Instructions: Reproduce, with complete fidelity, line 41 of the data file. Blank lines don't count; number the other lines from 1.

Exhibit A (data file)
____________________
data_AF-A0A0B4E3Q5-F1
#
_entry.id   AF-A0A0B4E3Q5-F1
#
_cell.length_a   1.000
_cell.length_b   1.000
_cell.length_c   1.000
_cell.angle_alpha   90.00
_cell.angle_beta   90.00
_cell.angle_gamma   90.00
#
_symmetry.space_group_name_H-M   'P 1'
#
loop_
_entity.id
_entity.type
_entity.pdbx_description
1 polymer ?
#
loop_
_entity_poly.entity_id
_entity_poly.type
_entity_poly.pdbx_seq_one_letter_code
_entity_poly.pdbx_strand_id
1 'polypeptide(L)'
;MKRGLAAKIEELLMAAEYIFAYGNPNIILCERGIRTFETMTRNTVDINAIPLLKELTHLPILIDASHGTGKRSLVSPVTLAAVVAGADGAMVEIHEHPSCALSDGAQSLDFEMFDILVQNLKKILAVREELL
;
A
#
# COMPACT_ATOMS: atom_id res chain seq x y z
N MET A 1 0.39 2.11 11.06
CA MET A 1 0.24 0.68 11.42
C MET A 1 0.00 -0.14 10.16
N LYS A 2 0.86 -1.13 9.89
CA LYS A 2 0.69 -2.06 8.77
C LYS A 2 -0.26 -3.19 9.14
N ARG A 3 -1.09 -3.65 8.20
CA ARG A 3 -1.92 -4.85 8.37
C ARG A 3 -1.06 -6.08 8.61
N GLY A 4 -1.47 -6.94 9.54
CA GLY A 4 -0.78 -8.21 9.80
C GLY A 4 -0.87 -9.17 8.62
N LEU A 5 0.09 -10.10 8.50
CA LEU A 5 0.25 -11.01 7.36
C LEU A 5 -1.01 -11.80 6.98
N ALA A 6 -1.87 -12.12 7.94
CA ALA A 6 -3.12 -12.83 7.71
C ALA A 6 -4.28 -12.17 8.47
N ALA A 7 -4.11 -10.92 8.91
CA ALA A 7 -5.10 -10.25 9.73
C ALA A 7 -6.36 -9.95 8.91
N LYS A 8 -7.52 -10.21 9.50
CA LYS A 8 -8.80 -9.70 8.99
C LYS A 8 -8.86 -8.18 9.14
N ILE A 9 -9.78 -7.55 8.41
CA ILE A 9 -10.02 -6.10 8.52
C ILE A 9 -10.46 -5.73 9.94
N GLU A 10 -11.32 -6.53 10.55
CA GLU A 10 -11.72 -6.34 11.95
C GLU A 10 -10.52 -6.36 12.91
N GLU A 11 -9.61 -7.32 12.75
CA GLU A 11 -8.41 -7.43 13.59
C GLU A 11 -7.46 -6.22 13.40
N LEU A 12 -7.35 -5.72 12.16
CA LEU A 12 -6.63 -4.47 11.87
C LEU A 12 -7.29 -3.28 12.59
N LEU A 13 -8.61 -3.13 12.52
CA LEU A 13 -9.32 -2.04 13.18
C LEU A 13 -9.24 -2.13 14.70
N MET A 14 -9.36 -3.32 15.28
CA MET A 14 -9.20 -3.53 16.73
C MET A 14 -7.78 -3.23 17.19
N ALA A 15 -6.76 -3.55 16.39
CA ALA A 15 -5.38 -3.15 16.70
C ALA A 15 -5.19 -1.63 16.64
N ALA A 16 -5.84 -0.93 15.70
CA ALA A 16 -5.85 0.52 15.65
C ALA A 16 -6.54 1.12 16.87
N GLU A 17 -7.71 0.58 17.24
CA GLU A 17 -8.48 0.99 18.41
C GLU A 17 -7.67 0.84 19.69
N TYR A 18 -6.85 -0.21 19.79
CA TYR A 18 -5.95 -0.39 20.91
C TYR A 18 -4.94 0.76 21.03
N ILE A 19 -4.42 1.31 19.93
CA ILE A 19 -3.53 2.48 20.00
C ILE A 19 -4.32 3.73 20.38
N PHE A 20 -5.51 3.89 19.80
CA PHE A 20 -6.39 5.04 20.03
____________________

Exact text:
CA GLY A 4 -0.78 -8.21 9.80